He had been attacked with pulmonary consumption, the very disease which he had done so much to elucidate, and he died on August 13th, 1826, at the age of 45, presenting all the features of advanced consumption.

In order to estimate the debt of medicine to Laënnec we must glance at what thoracic pathology was before the stethoscope was introduced.

The only means for diagnosing lung disease or diseases of the heart were, first, the well known percussion method, invented by Avenbrugger, which Laënnec did much to advance, and, secondly, that of palpation, of which a great exponent was Dr. Matthew Baillie, who was blamed by Sir Henry Halford for thus treating a patient with too much familiarity. Thirdly, there was what has been called non-mediate auscultation, that is, simply by putting the ear to the chest wall with linen intervening. This is sometimes impossible with females, and it is not possible to auscultate the supraclavicular or suprascapular regions in this way. There was, therefore, a great want of some means of diagnosis, and Laënnec's discovery met it. His discovery was made in this way, to quote his own account: “In 1816 I was consulted by a young woman labouring under general symptoms of diseased heart, and in whose case percussion and the application of the hand were of little avail on account of the great degree of fatness. The other method just mentioned being rendered inadmissible by the age and sex of the patient, I happened to recollect a simple and well-known fact in acoustics, and fancied, at the same time, that it might be turned to some use on the present occasion. The fact I allude to is the augmented impression of sound when conveyed through certain solid bodies—as when we hear the scratch of a pin at one end of a beam of wood, on applying our ear to the other. Immediately, on this suggestion, I rolled a quire of paper into a kind of cylinder, and applied one end of it to the region of the heart and the other to my ear, and was not a little surprised and pleased to find that I could thereby perceive the action of the heart in a manner much more clear and distinct than I had ever been able to do by the immediate application of the ear. From this moment I imagined that the circumstance might furnish [p.7] means for enabling us to ascertain the character, not only of the action of the heart, but of every species of sound produced by the motion of all the thoracic viscera, and, consequently, for the exploration of the respiration, the voice, the rále or rhonchus, and perhaps even the fluctuation of fluid extravasated in the pleura. or pericardium.”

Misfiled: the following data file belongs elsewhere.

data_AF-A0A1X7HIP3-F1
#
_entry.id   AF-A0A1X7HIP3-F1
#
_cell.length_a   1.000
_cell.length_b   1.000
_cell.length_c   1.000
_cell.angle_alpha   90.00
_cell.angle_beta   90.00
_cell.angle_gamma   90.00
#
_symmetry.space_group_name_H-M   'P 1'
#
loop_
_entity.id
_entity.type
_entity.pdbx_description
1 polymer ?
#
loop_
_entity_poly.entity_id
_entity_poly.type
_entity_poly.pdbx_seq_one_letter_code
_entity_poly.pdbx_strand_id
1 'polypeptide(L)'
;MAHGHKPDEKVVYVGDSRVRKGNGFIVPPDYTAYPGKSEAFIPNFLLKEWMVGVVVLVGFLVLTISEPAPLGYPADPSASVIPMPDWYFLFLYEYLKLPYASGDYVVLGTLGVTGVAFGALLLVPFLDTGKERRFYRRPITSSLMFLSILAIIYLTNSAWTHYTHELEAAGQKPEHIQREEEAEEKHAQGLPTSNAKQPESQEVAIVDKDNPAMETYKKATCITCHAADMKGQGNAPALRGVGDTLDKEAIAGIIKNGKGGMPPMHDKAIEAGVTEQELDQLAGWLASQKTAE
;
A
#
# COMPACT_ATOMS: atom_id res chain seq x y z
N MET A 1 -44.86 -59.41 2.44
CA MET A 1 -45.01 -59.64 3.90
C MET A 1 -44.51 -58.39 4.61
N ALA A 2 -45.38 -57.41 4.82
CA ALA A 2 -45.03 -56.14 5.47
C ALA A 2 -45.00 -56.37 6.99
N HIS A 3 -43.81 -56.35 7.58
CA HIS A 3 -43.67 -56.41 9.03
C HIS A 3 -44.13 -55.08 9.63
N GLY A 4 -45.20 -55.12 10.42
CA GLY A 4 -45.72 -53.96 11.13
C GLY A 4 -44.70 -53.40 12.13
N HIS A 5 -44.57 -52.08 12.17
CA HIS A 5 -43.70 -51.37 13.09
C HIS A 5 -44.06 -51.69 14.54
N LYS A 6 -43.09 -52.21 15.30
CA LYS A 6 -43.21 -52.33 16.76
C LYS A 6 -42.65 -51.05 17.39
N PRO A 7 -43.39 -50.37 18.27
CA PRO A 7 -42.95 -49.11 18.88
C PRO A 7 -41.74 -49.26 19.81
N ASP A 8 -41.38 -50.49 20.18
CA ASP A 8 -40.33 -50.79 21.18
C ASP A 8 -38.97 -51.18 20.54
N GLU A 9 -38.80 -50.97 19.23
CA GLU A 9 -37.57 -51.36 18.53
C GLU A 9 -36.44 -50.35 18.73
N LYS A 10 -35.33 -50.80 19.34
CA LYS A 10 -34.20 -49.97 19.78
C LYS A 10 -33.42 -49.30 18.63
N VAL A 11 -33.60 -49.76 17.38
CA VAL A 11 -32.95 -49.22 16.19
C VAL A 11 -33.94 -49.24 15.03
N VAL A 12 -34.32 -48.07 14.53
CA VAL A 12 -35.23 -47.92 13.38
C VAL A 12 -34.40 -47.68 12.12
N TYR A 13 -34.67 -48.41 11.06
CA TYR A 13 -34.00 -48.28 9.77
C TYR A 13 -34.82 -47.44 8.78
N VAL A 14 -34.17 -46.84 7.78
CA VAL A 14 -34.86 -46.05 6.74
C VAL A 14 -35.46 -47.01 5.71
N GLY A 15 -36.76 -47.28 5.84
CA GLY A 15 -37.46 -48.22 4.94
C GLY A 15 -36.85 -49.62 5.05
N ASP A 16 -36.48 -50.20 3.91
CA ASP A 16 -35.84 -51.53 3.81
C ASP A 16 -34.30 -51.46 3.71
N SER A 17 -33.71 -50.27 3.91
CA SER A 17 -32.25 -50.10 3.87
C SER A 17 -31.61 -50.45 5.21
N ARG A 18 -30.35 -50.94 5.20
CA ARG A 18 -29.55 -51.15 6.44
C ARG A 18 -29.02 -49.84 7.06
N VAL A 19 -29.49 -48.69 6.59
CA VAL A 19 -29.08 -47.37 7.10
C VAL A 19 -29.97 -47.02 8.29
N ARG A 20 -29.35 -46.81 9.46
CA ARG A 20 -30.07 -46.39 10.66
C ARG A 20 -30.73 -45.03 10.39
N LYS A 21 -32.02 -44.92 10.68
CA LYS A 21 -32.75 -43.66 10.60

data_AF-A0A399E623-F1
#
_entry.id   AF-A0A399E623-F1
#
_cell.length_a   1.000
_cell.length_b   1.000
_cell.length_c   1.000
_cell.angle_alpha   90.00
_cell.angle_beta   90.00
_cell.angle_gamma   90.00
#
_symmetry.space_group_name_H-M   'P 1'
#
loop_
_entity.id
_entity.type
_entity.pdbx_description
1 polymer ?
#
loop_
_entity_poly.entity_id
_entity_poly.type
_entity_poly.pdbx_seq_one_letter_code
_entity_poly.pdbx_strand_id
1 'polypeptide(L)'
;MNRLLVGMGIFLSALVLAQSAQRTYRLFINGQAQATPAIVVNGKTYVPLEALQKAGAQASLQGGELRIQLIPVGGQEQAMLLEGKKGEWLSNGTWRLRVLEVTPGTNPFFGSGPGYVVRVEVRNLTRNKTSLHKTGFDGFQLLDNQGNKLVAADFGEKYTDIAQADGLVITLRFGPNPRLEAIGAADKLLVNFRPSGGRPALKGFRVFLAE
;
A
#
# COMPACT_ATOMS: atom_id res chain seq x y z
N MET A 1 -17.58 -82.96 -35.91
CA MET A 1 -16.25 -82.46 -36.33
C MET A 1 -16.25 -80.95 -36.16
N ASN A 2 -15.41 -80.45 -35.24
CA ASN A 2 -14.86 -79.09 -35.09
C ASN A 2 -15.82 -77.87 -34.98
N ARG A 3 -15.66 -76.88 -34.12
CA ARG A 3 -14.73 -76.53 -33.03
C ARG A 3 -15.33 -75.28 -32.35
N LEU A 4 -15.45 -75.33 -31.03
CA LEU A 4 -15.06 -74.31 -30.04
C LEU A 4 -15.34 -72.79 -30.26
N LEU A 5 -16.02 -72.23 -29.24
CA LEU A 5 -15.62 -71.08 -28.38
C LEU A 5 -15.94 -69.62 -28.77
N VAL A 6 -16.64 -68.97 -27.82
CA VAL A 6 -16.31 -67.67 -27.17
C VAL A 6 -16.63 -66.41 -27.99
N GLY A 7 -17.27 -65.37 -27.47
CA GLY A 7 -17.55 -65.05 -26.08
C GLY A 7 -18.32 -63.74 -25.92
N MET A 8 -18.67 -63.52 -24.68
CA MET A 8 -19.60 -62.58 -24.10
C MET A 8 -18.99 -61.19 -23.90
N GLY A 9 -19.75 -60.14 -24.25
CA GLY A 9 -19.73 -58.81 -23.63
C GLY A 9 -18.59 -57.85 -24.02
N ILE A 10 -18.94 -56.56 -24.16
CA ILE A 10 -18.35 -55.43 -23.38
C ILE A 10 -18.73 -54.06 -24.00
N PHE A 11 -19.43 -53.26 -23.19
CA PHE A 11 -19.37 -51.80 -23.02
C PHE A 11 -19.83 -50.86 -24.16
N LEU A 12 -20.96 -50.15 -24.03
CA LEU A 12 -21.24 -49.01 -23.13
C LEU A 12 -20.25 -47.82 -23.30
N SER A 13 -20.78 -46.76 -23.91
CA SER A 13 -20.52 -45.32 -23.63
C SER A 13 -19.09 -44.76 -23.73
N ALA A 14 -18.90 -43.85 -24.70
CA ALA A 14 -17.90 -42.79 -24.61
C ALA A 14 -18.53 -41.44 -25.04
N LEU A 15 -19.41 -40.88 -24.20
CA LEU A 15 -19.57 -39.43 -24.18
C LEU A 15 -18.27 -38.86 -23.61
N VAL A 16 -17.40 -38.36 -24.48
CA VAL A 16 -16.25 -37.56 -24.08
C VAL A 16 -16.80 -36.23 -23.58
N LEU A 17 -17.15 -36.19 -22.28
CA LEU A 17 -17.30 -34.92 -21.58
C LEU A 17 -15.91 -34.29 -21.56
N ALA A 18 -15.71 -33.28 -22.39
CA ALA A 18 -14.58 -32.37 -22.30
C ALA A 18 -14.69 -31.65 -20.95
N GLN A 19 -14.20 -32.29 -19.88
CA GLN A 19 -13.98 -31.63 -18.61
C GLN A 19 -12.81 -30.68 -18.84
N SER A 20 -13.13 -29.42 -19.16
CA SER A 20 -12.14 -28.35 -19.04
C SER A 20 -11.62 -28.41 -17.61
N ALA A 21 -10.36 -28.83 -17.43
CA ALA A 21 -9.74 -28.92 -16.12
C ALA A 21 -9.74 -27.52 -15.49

Laennec tried to make this paper into a solid body, but he could not roll it up tight enough. There was always the “longitudinal aperture” left in the paper thus rolled, and this led him accidentally to the discovery that this aperture was necessary. He had also to find a good conducting medium. He tried goldbeaters’ skin inflated with air, with the central aperture formed of pasteboard, but this did not suit. He found that the lighter kinds of wood were preferable, and consequently he translated the paper stethoscope into the wooden one. His stethoscope was made of a cylinder of boxwood 1½ in. in diameter and 13 in. long, perforated longitudinally by a bore ¾ in. wide, and hollowed out into a funnel shape to the depth of 1½ in. at one of its extremities. Here is one of his first stethoscopes, made by himself, and presented to my father. who bequeathed it to me (Fig. 1). In its construction there were two elements to be considered—first, the solid body; and second, the column of air. Laënnec thought he could hear the heart sounds better by using a stopper or plug, and the breath sounds by removing the stopper and using the conical opening as a collector of sound. He evidently had also tried different woods without the central aperture at all, for here is one of his solid stethoscopes (Fig. 2).